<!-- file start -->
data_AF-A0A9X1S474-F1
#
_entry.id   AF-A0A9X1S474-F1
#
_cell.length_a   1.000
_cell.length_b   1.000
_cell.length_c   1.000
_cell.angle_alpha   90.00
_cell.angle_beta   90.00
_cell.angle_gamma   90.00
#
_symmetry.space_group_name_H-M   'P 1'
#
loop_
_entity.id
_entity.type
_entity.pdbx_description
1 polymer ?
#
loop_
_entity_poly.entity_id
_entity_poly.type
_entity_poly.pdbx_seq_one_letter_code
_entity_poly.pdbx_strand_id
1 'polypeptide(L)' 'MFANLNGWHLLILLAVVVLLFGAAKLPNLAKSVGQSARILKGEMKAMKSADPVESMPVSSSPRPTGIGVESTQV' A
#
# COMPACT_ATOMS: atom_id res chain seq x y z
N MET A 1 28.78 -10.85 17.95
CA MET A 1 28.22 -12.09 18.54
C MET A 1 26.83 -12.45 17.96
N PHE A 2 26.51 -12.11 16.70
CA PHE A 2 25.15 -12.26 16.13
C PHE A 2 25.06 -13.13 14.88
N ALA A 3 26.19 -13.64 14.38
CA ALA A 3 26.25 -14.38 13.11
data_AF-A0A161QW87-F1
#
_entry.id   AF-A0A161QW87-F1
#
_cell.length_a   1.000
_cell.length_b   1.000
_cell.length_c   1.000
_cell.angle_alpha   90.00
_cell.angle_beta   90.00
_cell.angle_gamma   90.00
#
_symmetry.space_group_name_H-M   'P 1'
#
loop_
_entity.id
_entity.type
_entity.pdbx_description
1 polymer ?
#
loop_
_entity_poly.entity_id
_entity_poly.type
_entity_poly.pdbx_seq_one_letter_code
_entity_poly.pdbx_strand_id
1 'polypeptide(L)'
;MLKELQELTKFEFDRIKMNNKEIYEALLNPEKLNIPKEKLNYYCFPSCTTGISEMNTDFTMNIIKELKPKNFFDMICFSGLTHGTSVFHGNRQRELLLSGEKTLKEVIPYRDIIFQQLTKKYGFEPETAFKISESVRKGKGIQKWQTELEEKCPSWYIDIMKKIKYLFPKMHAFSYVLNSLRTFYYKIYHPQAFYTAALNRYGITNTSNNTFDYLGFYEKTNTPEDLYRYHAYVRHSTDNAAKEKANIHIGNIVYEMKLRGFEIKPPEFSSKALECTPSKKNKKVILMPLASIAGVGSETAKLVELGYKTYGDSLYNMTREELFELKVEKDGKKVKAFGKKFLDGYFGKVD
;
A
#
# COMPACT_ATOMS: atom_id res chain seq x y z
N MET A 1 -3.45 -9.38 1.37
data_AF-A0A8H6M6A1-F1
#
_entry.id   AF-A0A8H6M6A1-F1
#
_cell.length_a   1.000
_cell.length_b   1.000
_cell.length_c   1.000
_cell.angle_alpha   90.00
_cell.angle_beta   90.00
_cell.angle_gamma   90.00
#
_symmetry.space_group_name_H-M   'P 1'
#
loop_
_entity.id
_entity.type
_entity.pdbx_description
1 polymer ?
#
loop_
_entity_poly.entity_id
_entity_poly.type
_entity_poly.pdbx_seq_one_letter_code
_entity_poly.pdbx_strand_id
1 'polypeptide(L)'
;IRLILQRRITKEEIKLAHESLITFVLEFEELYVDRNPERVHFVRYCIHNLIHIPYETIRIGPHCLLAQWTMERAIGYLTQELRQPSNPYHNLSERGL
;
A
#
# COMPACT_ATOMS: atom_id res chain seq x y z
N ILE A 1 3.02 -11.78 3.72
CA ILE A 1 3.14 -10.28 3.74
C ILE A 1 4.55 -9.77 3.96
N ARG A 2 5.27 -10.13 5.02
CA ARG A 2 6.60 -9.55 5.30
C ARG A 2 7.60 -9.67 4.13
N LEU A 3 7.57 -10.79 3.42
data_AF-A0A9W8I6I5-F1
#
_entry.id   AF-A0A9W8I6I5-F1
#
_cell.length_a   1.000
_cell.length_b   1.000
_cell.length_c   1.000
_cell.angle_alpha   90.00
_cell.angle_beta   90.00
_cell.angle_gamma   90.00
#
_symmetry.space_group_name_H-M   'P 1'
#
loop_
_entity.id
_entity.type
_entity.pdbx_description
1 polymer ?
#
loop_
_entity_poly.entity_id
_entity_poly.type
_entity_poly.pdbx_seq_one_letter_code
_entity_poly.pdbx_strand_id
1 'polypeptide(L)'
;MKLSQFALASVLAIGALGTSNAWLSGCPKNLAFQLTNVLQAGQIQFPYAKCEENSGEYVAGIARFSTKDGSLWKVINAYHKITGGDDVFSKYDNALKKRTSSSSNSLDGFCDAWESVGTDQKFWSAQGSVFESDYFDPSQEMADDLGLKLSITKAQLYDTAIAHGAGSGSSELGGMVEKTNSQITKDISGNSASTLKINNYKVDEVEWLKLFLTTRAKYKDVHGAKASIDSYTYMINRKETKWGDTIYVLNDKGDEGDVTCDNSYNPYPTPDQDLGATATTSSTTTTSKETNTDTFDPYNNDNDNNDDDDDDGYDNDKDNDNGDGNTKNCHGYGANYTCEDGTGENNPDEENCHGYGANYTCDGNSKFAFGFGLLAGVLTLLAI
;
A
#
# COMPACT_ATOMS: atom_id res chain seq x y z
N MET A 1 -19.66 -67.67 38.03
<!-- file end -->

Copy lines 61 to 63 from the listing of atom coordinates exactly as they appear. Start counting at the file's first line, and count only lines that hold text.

;MLKELQELTKFEFDRIKMNNKEIYEALLNPEKLNIPKEKLNYYCFPSCTTGISEMNTDFTMNIIKELKPKNFFDMICFSGLTHGTSVFHGNRQRELLLSGEKTLKEVIPYRDIIFQQLTKKYGFEPETAFKISESVRKGKGIQKWQTELEEKCPSWYIDIMKKIKYLFPKMHAFSYVLNSLRTFYYKIYHPQAFYTAALNRYGITNTSNNTFDYLGFYEKTNTPEDLYRYHAYVRHSTDNAAKEKANIHIGNIVYEMKLRGFEIKPPEFSSKALECTPSKKNKKVILMPLASIAGVGSETAKLVELGYKTYGDSLYNMTREELFELKVEKDGKKVKAFGKKFLDGYFGKVD
;
A